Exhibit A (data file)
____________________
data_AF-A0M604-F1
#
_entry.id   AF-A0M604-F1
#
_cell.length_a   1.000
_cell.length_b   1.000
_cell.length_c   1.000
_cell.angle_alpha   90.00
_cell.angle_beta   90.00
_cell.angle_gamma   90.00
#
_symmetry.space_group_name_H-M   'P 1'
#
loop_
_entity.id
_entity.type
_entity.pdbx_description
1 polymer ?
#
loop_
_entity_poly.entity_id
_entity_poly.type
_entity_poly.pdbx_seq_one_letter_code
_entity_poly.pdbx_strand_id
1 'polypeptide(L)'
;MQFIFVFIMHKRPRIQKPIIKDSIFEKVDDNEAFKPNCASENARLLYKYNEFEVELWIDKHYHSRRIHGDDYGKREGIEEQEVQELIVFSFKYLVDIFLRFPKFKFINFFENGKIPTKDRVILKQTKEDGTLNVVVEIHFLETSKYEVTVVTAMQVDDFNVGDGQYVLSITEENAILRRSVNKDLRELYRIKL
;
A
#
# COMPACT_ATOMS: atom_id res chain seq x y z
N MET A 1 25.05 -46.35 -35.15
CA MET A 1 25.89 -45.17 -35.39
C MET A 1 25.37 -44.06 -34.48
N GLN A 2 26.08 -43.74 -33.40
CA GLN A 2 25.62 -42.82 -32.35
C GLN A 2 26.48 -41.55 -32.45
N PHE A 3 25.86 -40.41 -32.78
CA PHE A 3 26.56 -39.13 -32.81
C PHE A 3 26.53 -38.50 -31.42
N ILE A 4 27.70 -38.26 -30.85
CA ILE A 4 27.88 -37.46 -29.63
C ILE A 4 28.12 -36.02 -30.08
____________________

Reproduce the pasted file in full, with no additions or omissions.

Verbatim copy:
data_AF-A0M604-F1
#
_entry.id   AF-A0M604-F1
#
_cell.length_a   1.000
_cell.length_b   1.000
_cell.length_c   1.000
_cell.angle_alpha   90.00
_cell.angle_beta   90.00
_cell.angle_gamma   90.00
#
_symmetry.space_group_name_H-M   'P 1'
#
loop_
_entity.id
_entity.type
_entity.pdbx_description
1 polymer ?
#
loop_
_entity_poly.entity_id
_entity_poly.type
_entity_poly.pdbx_seq_one_letter_code
_entity_poly.pdbx_strand_id
1 'polypeptide(L)'
;MQFIFVFIMHKRPRIQKPIIKDSIFEKVDDNEAFKPNCASENARLLYKYNEFEVELWIDKHYHSRRIHGDDYGKREGIEEQEVQELIVFSFKYLVDIFLRFPKFKFINFFENGKIPTKDRVILKQTKEDGTLNVVVEIHFLETSKYEVTVVTAMQVDDFNVGDGQYVLSITEENAILRRSVNKDLRELYRIKL
;
A
#
# COMPACT_ATOMS: atom_id res chain seq x y z
N MET A 1 25.05 -46.35 -35.15
CA MET A 1 25.89 -45.17 -35.39
C MET A 1 25.37 -44.06 -34.48
N GLN A 2 26.08 -43.74 -33.40
CA GLN A 2 25.62 -42.82 -32.35
C GLN A 2 26.48 -41.55 -32.45
N PHE A 3 25.86 -40.41 -32.78
CA PHE A 3 26.56 -39.13 -32.81
C PHE A 3 26.53 -38.50 -31.42
N ILE A 4 27.70 -38.26 -30.85
CA ILE A 4 27.88 -37.46 -29.63
C ILE A 4 28.12 -36.02 -30.08